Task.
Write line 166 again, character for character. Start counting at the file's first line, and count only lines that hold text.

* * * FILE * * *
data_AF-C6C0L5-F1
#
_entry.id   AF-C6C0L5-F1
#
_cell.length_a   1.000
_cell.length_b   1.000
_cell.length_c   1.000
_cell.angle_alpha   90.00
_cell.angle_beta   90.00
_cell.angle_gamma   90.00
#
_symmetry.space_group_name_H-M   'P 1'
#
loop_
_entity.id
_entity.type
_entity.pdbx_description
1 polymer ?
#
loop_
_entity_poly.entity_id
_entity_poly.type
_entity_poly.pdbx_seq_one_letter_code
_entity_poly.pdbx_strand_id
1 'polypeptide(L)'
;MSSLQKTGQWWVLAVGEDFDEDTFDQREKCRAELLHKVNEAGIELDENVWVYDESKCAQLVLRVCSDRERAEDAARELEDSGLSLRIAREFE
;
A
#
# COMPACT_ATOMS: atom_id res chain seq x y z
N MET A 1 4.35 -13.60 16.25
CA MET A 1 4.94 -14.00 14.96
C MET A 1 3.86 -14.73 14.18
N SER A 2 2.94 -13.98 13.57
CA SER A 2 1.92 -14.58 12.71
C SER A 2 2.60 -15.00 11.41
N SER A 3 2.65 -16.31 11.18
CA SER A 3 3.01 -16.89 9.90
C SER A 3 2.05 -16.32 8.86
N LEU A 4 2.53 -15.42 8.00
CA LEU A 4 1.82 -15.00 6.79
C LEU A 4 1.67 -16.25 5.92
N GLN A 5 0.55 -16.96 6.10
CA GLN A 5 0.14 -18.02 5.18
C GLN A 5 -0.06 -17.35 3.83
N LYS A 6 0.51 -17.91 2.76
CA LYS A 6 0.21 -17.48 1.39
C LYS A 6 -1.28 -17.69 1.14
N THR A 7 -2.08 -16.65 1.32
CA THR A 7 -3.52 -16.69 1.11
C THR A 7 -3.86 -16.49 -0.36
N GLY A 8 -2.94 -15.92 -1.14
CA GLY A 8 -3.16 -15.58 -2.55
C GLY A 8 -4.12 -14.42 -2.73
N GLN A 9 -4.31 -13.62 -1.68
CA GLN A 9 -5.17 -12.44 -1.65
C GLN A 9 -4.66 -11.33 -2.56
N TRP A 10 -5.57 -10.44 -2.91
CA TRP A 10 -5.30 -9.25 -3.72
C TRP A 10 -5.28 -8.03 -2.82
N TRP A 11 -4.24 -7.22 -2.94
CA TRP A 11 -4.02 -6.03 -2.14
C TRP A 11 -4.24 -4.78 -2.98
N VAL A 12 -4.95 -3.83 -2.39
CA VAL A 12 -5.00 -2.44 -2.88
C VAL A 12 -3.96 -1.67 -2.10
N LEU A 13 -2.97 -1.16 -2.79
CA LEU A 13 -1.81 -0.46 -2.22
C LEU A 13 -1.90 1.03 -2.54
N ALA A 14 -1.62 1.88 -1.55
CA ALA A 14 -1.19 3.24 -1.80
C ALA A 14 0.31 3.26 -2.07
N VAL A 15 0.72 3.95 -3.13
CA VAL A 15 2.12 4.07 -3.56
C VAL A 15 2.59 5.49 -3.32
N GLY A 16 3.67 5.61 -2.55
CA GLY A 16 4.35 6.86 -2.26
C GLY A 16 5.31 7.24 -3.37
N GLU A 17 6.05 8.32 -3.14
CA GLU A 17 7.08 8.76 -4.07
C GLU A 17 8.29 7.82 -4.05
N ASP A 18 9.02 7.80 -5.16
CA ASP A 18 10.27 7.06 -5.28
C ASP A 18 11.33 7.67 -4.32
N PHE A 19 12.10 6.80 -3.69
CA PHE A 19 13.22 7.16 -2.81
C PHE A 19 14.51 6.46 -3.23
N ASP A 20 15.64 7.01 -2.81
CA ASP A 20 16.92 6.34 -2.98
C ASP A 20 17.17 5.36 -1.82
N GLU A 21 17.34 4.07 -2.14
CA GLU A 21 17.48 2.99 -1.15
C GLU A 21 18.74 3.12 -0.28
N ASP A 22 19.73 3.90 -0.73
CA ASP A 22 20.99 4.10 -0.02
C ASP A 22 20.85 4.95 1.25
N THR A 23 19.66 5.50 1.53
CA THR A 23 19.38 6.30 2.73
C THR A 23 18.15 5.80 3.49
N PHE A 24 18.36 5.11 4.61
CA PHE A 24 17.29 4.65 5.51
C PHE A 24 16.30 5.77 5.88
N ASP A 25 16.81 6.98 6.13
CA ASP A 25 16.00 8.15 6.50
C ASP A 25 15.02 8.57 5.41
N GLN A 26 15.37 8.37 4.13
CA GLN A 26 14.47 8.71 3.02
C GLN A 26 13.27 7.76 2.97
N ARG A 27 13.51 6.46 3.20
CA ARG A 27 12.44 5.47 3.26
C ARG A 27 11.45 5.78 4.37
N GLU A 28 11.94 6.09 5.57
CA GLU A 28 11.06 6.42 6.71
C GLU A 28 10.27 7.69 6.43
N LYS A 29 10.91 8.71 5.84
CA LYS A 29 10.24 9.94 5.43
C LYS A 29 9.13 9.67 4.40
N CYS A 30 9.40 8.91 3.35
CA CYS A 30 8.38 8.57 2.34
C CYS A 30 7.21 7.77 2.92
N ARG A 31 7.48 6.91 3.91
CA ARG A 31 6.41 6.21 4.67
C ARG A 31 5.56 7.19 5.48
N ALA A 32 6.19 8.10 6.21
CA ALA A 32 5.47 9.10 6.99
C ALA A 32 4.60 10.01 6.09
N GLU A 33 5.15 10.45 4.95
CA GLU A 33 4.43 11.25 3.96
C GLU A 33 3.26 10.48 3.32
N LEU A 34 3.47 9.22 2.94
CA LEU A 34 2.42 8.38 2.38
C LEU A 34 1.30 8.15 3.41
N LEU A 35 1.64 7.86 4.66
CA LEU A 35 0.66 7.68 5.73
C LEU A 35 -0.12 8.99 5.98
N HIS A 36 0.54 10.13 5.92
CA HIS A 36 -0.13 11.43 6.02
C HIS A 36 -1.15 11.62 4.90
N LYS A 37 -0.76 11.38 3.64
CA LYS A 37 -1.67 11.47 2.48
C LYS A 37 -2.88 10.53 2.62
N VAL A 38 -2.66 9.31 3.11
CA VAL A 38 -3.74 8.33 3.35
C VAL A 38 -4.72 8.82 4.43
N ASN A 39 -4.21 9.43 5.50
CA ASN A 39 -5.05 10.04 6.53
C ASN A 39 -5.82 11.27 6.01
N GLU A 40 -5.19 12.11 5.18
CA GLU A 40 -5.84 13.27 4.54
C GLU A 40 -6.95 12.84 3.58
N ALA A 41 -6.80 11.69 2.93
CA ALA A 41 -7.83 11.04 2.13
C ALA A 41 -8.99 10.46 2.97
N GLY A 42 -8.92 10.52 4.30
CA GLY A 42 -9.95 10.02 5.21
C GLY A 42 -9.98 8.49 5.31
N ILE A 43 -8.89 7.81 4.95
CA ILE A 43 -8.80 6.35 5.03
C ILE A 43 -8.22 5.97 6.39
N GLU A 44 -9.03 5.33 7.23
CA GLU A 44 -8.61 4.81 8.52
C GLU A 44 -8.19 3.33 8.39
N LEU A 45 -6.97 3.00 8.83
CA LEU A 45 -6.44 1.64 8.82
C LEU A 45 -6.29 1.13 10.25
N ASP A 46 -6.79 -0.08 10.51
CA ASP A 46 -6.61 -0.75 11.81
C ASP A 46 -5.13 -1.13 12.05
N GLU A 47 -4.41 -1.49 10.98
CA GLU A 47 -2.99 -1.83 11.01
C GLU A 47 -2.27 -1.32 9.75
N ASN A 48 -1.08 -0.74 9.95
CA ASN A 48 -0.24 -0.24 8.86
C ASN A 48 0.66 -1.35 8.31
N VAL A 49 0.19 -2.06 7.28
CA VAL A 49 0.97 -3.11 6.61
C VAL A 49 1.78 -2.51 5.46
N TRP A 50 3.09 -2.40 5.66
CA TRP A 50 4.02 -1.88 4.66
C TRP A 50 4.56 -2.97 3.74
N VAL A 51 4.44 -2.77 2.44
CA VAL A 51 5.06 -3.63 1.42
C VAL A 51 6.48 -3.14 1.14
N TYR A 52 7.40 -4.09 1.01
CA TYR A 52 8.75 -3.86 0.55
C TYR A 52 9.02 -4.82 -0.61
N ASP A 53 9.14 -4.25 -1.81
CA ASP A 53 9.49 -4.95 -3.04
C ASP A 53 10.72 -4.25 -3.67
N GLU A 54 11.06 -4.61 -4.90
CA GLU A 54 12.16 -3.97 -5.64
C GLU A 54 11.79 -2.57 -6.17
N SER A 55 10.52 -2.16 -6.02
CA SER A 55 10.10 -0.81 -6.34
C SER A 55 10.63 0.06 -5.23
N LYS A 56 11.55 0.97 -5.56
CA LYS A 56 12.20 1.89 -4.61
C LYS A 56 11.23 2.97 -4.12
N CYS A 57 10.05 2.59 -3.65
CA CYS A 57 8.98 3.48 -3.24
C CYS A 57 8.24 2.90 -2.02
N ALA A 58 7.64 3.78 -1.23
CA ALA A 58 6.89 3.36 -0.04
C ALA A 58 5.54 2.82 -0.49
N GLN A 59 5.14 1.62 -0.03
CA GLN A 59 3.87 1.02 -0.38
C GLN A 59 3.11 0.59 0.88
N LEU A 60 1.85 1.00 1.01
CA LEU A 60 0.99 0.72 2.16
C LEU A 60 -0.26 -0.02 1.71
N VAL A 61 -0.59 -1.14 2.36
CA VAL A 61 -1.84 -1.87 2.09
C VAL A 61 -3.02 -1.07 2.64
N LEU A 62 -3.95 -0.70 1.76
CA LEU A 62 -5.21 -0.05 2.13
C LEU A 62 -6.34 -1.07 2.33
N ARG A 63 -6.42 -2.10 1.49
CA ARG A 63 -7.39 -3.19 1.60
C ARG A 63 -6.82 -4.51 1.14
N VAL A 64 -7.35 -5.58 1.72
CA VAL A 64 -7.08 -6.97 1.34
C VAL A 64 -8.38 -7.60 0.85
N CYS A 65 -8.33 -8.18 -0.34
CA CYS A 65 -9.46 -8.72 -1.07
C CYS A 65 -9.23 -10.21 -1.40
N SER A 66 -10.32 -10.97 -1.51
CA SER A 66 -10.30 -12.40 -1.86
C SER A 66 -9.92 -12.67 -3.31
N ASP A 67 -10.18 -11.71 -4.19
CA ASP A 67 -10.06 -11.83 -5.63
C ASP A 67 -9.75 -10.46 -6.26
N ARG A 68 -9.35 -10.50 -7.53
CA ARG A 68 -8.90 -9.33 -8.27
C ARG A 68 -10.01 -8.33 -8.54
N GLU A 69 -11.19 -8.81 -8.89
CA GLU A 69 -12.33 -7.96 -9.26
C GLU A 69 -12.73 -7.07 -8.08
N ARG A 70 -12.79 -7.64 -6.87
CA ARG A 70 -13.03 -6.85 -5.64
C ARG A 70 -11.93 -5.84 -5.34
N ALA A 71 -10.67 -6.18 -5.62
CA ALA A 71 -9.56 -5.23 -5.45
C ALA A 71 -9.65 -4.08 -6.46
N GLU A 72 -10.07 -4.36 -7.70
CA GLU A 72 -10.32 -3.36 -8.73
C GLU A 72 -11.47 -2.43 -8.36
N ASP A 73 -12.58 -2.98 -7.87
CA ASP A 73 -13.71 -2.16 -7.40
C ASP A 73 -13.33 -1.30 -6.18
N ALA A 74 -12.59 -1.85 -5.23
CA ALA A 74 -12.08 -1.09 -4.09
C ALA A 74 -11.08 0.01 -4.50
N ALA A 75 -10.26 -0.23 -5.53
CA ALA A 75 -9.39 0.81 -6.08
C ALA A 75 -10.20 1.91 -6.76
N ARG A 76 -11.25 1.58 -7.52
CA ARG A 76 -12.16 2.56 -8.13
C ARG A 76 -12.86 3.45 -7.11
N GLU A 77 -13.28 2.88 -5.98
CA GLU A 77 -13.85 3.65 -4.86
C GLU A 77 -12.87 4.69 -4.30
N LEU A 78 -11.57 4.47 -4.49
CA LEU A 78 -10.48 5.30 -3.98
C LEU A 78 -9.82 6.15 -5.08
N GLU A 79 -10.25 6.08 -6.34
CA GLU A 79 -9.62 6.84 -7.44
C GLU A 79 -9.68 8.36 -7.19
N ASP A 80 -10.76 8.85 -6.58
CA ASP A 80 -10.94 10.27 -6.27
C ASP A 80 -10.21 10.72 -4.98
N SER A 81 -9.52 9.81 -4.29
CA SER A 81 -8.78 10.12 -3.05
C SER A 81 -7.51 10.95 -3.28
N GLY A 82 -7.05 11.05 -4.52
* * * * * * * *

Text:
N ASP A 46 -6.79 -0.08 10.51